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Cortinarius hesleri

[Basidiomycota > Agaricales > Cortinariaceae > Cortinarius ... ]

by Michael Kuo

This gorgeous, brilliant orange Cortinarius is often one of the first Cortinarii to appear each year in eastern North America, where it is found under oaks. In my area (central Illinois) only Cortinarius distans precedes it, Cortinarius-wise. May and June are the months for Cortinarius distans, while Cortinarius hesleri usually appears in June and July. The cap, lower stem, and gills of Cortinarius hesleri are all bright orange when fresh, making it a fairly unmistakable species.

Cortinarius hesleri is one of several North American versions of the European, beech-loving species Cortinarius cinnabarinus, frequently featured in field guides as a species complex. A western version, Cortinarius californicus, is associated with conifers and appears in the fall; its cap is brownish orange. Cortinarius marylandensis, also under hardwoods and probably widely distributed east of the Rocky Mountains, is similar but features a red cap and red gills, along with spores that are less prominently ornamented.


Ecology: Mycorrhizal with oaks, beech, and other hardwoods; growing alone, scattered, or gregariously; late spring and summer; originally described from Michigan; fairly widely distributed in eastern North America. The illustrated and described collections are from Illinois; several of the collections are paratype collections.

Cap: 1–7 cm; convex, bell-shaped, or nearly conical at first, becoming broadly convex, nearly flat, or (frequently) broadly bell-shaped; dry; silky-fibrillose, but often becoming more or less bald with age; bright reddish orange when fresh, sometimes fading to pale orange or brownish orange.

Gills: Attached to the stem by a notch; close; bright orange, becoming cinnamon to rusty orange and, eventually, rusty brown; short-gills frequent; covered by an orange cortina when young.

Stem: 2–10 cm long; 0.5–1.5 cm thick; more or less equal; dry; silky or bald; pale orangish above, colored like the cap below; often darkening to reddish brown near the base or when handled; sometimes with a rusty ring zone; basal mycelium when fresh pastel orange.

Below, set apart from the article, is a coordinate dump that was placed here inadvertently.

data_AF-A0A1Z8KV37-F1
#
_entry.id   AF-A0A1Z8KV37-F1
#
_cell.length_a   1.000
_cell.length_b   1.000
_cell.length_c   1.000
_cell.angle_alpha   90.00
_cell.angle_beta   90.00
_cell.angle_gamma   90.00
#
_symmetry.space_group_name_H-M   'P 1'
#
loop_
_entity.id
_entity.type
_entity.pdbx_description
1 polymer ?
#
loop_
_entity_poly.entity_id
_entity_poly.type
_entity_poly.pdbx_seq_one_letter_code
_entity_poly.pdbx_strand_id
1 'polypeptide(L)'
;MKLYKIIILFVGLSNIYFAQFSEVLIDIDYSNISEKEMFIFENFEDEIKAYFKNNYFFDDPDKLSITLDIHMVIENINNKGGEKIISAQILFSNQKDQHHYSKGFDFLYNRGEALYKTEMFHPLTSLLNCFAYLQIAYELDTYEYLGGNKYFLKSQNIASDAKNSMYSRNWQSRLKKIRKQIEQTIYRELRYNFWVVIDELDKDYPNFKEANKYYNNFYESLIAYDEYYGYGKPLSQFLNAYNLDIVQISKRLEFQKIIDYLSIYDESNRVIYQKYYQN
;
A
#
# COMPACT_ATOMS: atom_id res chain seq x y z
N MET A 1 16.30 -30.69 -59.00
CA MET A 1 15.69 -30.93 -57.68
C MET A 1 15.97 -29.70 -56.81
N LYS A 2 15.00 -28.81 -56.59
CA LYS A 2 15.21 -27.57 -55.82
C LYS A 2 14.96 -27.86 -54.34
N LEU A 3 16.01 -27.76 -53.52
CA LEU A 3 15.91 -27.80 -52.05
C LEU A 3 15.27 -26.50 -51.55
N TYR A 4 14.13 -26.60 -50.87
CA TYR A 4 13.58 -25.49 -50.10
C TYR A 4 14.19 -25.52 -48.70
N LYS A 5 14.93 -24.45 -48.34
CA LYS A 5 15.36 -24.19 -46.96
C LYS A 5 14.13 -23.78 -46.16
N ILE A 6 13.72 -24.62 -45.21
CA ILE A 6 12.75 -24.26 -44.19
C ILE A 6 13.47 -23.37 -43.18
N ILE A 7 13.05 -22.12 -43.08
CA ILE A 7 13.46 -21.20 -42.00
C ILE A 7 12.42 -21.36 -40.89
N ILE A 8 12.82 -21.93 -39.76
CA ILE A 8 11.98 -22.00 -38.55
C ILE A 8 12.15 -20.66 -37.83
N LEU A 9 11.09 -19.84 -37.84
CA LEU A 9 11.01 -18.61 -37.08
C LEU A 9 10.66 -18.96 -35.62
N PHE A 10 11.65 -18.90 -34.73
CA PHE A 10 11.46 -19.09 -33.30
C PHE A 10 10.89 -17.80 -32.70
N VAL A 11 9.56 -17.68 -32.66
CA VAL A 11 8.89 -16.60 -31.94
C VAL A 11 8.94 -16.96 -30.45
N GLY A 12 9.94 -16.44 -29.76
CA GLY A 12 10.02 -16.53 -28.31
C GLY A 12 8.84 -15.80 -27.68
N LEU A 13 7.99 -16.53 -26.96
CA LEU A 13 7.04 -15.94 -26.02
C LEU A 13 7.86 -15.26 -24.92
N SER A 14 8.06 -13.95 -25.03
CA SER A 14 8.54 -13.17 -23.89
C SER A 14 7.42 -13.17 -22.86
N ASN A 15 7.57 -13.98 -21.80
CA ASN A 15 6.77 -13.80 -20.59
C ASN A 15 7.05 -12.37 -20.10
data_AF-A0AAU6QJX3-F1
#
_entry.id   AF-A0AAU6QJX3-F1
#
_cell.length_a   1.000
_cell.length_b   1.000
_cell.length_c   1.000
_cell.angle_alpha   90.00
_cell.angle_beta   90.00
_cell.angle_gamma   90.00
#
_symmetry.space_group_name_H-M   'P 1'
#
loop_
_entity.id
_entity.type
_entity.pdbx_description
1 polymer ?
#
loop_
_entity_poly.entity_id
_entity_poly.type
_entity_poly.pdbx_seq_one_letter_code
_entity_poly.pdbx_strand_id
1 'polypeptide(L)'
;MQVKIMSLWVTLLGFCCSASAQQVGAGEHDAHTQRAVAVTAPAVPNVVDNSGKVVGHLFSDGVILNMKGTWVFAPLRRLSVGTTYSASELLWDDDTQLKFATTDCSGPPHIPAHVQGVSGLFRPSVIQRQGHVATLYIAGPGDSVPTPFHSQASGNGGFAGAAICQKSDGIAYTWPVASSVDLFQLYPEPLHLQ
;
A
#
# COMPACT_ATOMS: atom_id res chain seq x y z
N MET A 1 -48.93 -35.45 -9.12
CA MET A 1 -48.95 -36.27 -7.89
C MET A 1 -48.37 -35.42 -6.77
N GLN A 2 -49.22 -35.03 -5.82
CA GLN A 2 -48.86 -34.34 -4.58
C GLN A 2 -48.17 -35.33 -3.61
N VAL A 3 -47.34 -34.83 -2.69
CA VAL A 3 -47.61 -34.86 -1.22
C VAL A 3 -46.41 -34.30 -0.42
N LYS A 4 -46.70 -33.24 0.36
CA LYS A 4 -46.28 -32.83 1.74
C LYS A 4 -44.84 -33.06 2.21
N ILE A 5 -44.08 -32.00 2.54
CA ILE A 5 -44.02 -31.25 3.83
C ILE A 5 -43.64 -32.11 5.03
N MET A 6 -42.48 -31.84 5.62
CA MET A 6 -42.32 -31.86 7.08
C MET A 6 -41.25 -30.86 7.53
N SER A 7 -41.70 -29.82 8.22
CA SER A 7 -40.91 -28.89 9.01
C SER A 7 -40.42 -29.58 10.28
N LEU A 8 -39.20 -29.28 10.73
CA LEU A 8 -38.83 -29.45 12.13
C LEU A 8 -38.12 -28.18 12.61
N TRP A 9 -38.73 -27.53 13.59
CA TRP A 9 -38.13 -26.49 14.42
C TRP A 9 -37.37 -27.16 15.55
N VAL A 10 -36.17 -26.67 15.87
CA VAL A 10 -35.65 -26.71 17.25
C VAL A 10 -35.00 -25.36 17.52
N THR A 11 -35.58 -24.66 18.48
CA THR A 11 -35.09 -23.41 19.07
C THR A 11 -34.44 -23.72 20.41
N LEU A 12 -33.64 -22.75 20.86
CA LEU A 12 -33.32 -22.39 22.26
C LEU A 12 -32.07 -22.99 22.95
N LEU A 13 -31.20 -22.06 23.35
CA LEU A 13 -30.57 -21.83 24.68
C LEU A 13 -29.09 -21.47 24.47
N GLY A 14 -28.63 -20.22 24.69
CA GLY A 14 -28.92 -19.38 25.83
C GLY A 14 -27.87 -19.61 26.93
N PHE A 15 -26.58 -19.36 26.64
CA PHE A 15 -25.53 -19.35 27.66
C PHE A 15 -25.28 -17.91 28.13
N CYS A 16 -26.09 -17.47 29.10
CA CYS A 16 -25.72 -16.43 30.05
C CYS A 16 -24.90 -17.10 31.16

Flesh: Pale orangish to yellowish or, sometimes, whitish; deeper orange in the stem base.

Odor: Fragrant, or sometimes not distinctive.

Chemical Reactions: KOH on cap surface purple or purplish black; on flesh black. Iron salts negative on cap surface.

Ultraviolet Light: Surfaces purple.

Spore Print: Rusty brown.

Microscopic Features: Spores 7–10 x 4.5–6 µm; amygdaliform to broadly ellipsoid; coarsely verrucose; brown to orange-brown in KOH; dextrinoid. Basidia 22–25 x 6–8 µm; clavate; 4-sterigmate. Cystidia not found. Pileipellis a cutis; elements 5–10 µm wide, smooth, hyaline to purplish in KOH; clamp connections present. Contextual and lamellar elements pinkish purple to purple in KOH.

REFERENCES: J. F. Ammirati, T. Niskanen & K. Liimatainen, 2013. (Ammirati, 1972; Ammirati & Smith, 1984; Phillips, 1991/2005; Ammirati et al. 2012; Kuo & Methven, 2014.) Herb. Kuo 06049503, 06140203 (paratype), 07110401 (paratype), 05300702 (paratype), 06300710 (paratype), 07110803 (paratype), 08271601, 07242003, 07292003.

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Cortinarius hesleri

Cortinarius hesleri

Cortinarius hesleri

Cortinarius hesleri

Cortinarius hesleri

Cortinarius hesleri

Cortinarius hesleri

Cortinarius hesleri

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Kuo, M. (2022, March). Cortinarius hesleri. Retrieved from the MushroomExpert.Com Web site: